Rudy Simone has Asperger's Syndrome (AS) and has been a strong advocate for those with the condition for some years. Her approach to writing is to say it as it is, and simply. She does this to good effect. What I particularly like about this tome is she quotes regularly from interviewed girls and women w
Apr 23, 2013 rated it it was ok
My first impression of this book was that it is a load of anecdotal magical thinking. The author interviewed an unknown number of women for this book. When talking about their general experiences she always used vague words like, some, most, etc. There is nothing scientific about this book. If you are a skeptic like me, don't read it. The authors psychic powers will offend you.

As it goes on, the author seems to grow a little but is still writing from crazy town. Her advice to a tween/teen audie
Aug 23, 2019 rated it did not like it
Shelves: dnf
I picked up this book because it was recommended as a further reading resource at the end of Helen Hoang's The Kiss Quotient and I was curious (and appreciated the title pun). I realized pretty quickly, however, that even though it was only published in 2009, the changes in the way people think and talk about the autism spectrum between then and now made this book more of a time capsule than I'd expected.

As I was reading, I was confronted with my own sloppy mental mapping of what Asperger's was—
Jul 21, 2013 rated it liked it
Good basic information for those new to Asperger's, esp. as manifested in females. I liked the quotes from various Aspergirls, but found the writing to be rather choppy at times, with lack of flow and abrupt transitions in topics. What I didn't like was Simone's one-sided and unsubstantiated view on the autism/"leaky gut" connection. In Chapter 19, Stomach Issues and Autism, she wrote, "Most of the world's top autism researchers and doctors now believe that...autism is initially caused by a comp ...more
May 12, 2012 rated it it was amazing
best book ive read...such a weight lifting off experience. i already thought i had aspergers....this book just confirms it. i dont feel so 'odd' now. im 27 and ive been made to feel odd by society all my life for not wanting kids, not being interested in clothes nor make-up or particularly interested in guys. i also have psychic tendencies too. my mum has read the book too and her opinion?: "god this book is totally you its unreal but too real". i very much identified with this big style. i thou ...more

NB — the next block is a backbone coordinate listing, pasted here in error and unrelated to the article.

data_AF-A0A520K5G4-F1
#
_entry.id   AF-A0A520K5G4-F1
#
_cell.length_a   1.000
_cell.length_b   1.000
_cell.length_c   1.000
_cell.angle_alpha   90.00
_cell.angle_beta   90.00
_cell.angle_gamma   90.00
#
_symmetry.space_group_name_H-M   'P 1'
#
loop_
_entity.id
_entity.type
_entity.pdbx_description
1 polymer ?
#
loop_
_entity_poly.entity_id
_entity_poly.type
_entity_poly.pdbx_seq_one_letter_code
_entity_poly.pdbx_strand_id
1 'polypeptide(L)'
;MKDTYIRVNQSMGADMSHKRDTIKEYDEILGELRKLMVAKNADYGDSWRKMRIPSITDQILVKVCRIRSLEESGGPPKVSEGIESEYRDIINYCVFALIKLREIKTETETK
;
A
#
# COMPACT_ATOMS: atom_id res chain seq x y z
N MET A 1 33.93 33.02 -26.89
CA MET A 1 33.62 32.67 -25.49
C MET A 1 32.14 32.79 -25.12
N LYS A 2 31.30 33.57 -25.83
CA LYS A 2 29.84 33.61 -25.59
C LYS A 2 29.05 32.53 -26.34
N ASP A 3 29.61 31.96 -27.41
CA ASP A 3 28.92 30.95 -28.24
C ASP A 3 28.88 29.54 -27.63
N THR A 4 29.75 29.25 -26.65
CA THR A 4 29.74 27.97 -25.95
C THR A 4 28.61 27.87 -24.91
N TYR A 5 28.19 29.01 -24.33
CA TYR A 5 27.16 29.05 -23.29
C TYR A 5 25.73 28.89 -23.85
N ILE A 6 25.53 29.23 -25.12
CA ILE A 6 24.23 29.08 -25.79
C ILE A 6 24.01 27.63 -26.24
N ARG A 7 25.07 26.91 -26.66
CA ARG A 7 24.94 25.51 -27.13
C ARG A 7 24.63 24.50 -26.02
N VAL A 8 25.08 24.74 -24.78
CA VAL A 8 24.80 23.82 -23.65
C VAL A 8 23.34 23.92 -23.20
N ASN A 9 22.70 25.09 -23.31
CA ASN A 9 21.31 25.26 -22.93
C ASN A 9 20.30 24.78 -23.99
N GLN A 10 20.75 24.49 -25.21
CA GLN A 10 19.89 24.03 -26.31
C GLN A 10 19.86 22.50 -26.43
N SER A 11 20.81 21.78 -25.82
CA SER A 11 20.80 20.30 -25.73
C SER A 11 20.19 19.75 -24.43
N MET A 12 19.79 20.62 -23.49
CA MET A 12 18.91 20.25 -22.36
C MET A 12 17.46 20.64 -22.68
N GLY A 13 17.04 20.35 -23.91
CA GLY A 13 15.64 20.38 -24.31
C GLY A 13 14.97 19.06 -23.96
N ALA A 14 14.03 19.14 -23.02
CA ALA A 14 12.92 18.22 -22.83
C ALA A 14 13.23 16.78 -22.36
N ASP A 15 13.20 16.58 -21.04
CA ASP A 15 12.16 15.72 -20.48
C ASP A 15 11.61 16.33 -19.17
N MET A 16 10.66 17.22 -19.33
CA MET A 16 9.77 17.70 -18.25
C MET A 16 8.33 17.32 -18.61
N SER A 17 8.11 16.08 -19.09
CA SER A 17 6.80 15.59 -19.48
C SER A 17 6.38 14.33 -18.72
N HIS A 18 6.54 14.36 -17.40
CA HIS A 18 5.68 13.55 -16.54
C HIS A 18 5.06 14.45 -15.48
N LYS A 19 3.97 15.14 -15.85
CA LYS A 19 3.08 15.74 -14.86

1 star.

What I expected: A book about women/girls with ASS (very unfortunate initials here) and their experiences.
Especially because a lot of books about autism are really male focussed and women on the spectrum tend to be overlooked.

But I got a book with SOME of this. Sprinkled inbetween the pages there were experiences told by women on the spectrum. I found these to be probably the best part of the book, to be honest. I wish there was more of it. Also, each chapter ended with advice for eith
Jan 13, 2015 rated it liked it
What a shame! The first third or half of this book had enormous value and promise. However, the second half of the book was something else entirely.

The first seven chapters of this book were very well researched and build on things I had already read in very reputable texts like those of Temple Grandin's. I was very excited about this book because it was telling more of the story that I was already following.

Sadly, after chapter 7, it really fell apart. The authors bitter experience, her very li
Jan 17, 2018 rated it it was ok
I'll have to agree with several other readers of this book: the first half of the book is quite alright, but it's downhill after that. The perspectives offered in the book feel so distinctly American, in that they are exaggerated, extreme and divisive. NT girls are stupid and shallow because they care about boys and their looks, and yet Aspergirls are encouraged to care about their looks because life is so hard without a man. Oh, and Aspergirls shouldn't eat gluten.

Don't even get me started on
Jun 15, 2019 rated it did not like it
Nope. Opinions presented as facts, too many generalizations and stereotypes, the claim that females with ASD are psychic... a big nope.
Jan 02, 2011 rated it it was amazing
Choosing the path of letting female "Aspies" themselves speak and then elaborating more on those anecdotes, the author manages to pack an amazing amount of information into a relatively thin book about female expressions of Asperger Syndrome while always keeping the reading light, interesting and memorable. Both practical and insightful in its main aim, stated already in the title: "empowering females with Asperger Syndrome," Aspergirls also highlights the differences between male and female exp ...more
Feb 07, 2015 rated it really liked it
I love that the author is an adult Aspergirl. I picked this book up for several reasons: I read an article through a podcast I love and cannot recommend enough, The Mental Illness Happy Hour, I've worked with Aspie kiddos for years, and I feel a young family member has Asperger's and remains undiagnosed.

As one would expect with an Aspie, the writing can be a bit repetitious, yet I still got a lot out of this book. I have worked with 0, yes I wrote 0, girls with Asperger's in my 15 years of work
Anne Marie
I can't praise this book enough! So far the best Aspie self-help book I've ever read. Well-organized, great information, superb combination of the author's own experiences blended with the voices of other women on the spectrum and tons of medical, psychological, health-related and other advice including very pracical and insightful parenting tips. The appendices in the back are great for having all the salient traits in one place and distinguishing between male and female Aspie characteristics. ...more